Campus Units

Entomology, Natural Resource Ecology and Management, Toxicology

Document Type


Publication Version

Published Version

Publication Date


Journal or Book Title

Environmental Toxicology and Chemistry




Establishment and maintenance of milkweed plants (Asclepias spp.) in agricultural landscapes of the north central United States are needed to reverse the decline of North America's eastern monarch butterfly (Danaus plexippus) population. Because of a lack of toxicity data, it is unclear how insecticide use may reduce monarch productivity when milkweed habitat is placed near maize and soybean fields. To assess the potential effects of foliar insecticides, acute cuticular and dietary toxicity of 5 representative active ingredients were determined: beta‐cyfluthrin (pyrethroid), chlorantraniliprole (anthranilic diamide), chlorpyrifos (organophosphate), and imidacloprid and thiamethoxam (neonicotinoids). Cuticular median lethal dose values for first instars ranged from 9.2 × 10–3 to 79 μg/g larvae for beta‐cyfluthrin and chlorpyrifos, respectively. Dietary median lethal concentration values for second instars ranged from 8.3 × 10–3 to 8.4 μg/g milkweed leaf for chlorantraniliprole and chlorpyrifos, respectively. To estimate larval mortality rates downwind from treated fields, modeled insecticide exposures to larvae and milkweed leaves were compared to dose–response curves obtained from bioassays with first‐, second‐, third‐, and fifth‐instar larvae. For aerial applications to manage soybean aphids, mortality rates at 60 m downwind were highest for beta‐cyfluthrin and chlorantraniliprole following cuticular and dietary exposure, respectively, and lowest for thiamethoxam. To estimate landscape‐scale risks, field‐scale mortality rates must be considered in the context of spatial and temporal patterns of insecticide use.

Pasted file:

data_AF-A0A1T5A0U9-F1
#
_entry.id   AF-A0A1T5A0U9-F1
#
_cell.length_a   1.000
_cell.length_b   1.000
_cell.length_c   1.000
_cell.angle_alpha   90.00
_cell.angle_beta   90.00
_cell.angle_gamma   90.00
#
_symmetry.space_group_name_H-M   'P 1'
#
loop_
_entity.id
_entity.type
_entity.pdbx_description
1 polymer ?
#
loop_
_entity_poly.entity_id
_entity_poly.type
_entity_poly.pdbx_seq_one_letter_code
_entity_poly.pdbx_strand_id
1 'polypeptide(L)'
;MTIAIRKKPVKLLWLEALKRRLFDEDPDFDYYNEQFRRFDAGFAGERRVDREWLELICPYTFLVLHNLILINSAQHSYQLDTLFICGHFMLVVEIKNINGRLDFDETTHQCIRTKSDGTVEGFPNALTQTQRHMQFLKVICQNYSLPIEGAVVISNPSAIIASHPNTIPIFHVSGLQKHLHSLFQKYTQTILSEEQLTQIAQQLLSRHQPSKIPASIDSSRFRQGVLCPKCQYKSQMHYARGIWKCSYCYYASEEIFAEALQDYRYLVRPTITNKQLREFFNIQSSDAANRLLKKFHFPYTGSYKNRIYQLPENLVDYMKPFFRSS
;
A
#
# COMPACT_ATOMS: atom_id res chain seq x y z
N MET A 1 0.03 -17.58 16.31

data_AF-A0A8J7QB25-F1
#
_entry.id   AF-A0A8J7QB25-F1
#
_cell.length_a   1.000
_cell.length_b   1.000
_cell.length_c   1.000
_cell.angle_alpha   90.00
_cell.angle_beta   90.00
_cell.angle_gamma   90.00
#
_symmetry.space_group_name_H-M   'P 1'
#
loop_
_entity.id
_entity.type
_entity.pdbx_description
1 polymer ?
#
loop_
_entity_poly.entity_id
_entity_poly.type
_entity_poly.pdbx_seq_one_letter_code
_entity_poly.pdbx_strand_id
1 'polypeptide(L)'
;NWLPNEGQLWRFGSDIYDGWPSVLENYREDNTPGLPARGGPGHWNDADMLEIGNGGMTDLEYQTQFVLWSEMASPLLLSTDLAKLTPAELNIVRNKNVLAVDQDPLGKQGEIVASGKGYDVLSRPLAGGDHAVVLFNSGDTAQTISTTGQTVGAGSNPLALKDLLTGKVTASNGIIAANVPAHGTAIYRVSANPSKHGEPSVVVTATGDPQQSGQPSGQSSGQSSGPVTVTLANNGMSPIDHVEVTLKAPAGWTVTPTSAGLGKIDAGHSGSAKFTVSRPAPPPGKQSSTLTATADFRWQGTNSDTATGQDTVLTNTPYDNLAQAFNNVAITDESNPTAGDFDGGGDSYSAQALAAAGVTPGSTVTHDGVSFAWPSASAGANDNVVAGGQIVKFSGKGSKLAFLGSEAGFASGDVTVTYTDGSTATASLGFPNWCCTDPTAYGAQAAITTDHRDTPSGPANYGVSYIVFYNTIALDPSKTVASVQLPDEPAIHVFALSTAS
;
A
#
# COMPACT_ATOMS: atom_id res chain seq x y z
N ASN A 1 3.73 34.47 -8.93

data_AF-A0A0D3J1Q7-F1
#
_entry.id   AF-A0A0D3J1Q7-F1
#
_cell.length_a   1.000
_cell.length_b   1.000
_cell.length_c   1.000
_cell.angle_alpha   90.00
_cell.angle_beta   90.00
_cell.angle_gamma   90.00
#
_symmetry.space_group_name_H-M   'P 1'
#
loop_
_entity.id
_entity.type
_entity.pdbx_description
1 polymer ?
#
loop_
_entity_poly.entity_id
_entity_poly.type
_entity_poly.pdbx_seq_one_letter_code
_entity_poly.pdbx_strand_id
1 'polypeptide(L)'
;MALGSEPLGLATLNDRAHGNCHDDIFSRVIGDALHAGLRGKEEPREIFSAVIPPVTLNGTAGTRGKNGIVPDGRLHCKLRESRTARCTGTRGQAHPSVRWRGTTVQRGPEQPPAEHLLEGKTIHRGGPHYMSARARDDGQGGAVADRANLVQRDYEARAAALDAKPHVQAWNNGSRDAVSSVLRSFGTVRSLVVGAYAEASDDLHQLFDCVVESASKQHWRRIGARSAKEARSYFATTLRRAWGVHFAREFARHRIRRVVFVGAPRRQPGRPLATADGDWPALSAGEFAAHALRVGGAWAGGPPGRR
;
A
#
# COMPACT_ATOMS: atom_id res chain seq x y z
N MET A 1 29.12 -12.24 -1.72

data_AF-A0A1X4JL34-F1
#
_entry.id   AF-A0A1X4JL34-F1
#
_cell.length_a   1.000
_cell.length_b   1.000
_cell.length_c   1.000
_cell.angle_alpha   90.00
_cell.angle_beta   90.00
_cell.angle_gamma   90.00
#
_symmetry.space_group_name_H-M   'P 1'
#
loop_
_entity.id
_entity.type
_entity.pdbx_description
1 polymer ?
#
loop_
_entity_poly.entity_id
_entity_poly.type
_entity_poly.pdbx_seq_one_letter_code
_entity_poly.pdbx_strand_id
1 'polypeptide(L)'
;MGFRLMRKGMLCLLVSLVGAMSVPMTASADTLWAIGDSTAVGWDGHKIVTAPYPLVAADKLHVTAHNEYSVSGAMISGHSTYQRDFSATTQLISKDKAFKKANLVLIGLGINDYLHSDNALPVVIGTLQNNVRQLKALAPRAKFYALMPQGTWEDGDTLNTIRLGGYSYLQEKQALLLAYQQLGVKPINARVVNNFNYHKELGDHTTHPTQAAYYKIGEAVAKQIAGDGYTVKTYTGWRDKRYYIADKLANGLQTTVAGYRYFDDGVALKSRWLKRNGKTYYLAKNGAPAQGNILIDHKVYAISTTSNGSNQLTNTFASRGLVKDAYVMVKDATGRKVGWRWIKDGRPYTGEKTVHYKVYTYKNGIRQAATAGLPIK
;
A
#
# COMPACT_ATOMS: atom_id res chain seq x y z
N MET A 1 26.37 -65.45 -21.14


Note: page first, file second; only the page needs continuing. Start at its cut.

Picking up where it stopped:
This article is published as Krishnan, Niranjana, Yang Zhang, Keith G. Bidne, Richard L. Hellmich, Joel R. Coats, and Steven P. Bradbury. "Assessing field‐scale risks of foliar insecticide applications to monarch butterfly (Danaus plexippus) larvae." Environmental Toxicology and Chemistry (2020). doi: 10.1002/etc.4672.


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